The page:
Long-lingering concerns about Chinese influence at the EU’s doorstep have recently become a harsh reality.
Montenegro has become a symbol of the debt problems developing countries can fall into by signing on to a large-scale infrastructure project with China. The Balkan country accepted a Chinese loan worth $1 billion or one-fifth of its GDP in 2014 to build a highway and it is now struggling to repay it. The government has recently begged the EU for help. The road is still under construction and there are doubts about its real benefits for the local economy.
China’s active debt diplomacy is part of a long-term process of growing Chinese economic influence on the European continent, which has had a strong negative impact on governance in Central and Eastern Europe (CEE), and especially the Balkans. The combination of democratic backsliding, widespread state capture practices, and the weakening of the EU gravitational pull in the region have opened gaps, which are exploited by authoritarian states such as China and Russia.
Some Western Balkan countries have welcomed Chinese investment as an instrument for long-term economic development. The welcome was extended in large part due to the perception of a lackluster commitment by the EU to provide the necessary financial resources and political capital for boosting the regional economy. This is combined with a battle of narratives in which China-friendly countries such as Serbia downplay the EU’s contributions while amplifying Chinese assistance and investment.
China has increased its economic footprint in CEE through its flagship Belt and Road Initiative, and the 17+1 (16+1) cooperation mechanism between CEE countries and China. This has been one of the reasons why the EU has adopted a more assertive position vis-à-vis China, calling Beijing a “systemic rival” and strengthening its defensive mechanisms against Chinese influence in critical sectors.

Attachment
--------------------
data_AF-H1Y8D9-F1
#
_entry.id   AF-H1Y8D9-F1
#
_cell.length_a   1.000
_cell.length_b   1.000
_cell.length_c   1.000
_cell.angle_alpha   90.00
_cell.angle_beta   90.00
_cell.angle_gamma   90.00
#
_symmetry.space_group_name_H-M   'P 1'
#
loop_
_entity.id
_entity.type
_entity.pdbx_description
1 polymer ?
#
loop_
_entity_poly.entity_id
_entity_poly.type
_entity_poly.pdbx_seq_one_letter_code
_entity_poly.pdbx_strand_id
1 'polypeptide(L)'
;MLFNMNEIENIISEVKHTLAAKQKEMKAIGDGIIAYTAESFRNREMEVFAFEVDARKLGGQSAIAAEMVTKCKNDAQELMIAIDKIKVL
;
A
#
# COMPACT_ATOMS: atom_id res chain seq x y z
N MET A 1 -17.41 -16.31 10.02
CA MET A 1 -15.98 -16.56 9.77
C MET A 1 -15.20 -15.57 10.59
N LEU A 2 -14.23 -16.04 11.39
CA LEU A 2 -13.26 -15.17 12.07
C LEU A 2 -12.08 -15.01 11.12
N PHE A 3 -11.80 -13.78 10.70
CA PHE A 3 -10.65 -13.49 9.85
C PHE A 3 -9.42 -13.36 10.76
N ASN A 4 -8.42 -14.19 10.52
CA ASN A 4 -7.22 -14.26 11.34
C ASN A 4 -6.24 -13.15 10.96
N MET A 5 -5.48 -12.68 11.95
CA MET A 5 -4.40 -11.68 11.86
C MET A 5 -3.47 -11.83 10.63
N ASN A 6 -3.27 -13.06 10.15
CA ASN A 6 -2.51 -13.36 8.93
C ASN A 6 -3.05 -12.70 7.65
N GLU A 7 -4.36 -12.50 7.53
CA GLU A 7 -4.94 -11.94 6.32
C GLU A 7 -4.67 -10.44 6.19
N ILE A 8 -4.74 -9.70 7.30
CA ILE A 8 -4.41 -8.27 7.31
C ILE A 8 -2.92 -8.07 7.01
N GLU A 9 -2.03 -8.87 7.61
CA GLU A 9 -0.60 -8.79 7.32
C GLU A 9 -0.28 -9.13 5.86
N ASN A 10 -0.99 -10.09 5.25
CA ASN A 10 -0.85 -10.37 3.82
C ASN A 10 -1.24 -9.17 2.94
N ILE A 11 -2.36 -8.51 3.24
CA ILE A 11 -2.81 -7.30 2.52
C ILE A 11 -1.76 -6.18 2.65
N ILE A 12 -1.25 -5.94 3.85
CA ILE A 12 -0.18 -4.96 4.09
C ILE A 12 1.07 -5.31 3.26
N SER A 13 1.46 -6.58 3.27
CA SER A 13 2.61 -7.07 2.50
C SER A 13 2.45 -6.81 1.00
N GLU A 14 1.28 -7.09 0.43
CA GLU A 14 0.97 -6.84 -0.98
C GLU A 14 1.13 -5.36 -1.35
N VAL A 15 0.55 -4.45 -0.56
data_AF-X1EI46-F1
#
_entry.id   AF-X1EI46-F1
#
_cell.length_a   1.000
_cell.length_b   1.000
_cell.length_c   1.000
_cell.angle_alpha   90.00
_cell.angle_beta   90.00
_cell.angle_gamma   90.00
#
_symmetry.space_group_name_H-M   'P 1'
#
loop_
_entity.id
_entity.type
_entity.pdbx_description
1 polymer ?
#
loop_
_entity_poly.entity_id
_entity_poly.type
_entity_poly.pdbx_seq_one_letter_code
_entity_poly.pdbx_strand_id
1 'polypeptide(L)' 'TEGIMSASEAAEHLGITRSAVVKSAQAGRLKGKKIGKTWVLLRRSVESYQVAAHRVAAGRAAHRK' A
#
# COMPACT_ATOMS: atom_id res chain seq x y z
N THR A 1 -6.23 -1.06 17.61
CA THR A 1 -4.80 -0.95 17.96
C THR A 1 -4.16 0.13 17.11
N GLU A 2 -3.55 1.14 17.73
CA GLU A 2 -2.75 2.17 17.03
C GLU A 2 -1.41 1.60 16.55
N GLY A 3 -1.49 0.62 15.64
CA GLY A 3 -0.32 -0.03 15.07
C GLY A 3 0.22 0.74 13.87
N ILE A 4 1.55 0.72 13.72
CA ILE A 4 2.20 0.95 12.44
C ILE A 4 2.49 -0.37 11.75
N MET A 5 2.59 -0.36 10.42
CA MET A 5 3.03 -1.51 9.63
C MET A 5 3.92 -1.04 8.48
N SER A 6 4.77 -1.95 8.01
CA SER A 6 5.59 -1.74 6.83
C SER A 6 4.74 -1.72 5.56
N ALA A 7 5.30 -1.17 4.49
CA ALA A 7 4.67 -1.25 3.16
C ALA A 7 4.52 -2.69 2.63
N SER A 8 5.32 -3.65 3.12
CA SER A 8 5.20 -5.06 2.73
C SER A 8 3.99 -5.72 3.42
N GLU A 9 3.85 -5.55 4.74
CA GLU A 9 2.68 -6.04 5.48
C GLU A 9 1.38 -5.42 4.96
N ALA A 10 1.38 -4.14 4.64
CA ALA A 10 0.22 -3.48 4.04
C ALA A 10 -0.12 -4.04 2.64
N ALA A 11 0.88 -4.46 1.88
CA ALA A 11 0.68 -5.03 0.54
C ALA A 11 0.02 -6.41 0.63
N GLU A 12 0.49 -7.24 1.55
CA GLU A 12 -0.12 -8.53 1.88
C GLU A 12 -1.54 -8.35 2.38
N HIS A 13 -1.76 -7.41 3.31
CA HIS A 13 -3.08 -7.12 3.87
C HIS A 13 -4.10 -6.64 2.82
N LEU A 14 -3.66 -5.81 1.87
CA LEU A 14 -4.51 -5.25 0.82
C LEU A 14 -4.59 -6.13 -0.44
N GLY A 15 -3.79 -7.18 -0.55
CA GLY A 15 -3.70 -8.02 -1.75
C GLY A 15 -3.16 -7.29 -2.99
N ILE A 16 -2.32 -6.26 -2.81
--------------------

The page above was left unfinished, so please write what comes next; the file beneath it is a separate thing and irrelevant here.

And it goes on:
Chinese investment in the CEE has focused mainly on the transportation, energy, manufacturing and telecommunications sectors. Financial flows have come not only in the form of FDI, but also as grants, development loans, mergers and acquisitions of local assets, and concession agreements worth some $14 billion since 2009.
Yet, the growing Chinese investment activity has so far not translated into a more visible presence of large Chinese companies in the region. In 2019, less than one percent of the total turnover of the economy in CEE countries was controlled by Chinese firms.
Corruption as a Comparative Advantage
Chinese firms have often taken advantage of and even exacerbated weak governance standards in the region, while corrupt governments in the region have prioritized deals that enrich oligarchic networks surrounding them. State capture practices, such as the lack of transparency and competition in public procurement and the disregard for environmental and technical standards have provided Chinese companies with comparative advantage.
An apt example of how China leverages state capture networks is the project for the expansion and modernization of the Budapest-Belgrade railway and the construction of the Kichevo-Ohrid highway in North Macedonia. Chinese contractors often receive preferential treatment in public procurement tenders and find themselves as sole bidders for projects worth billions. They also receive direct political and financial support from the Chinese government utilizing loan facilities from Chinese state-owned banks. Local political elites prefer these unconditional loans to EU funding, which requires structural reforms and better governance. Chinese investment thus reinforces the status quo and benefits the oligarchic power structures that are averse to increased competition and transparency.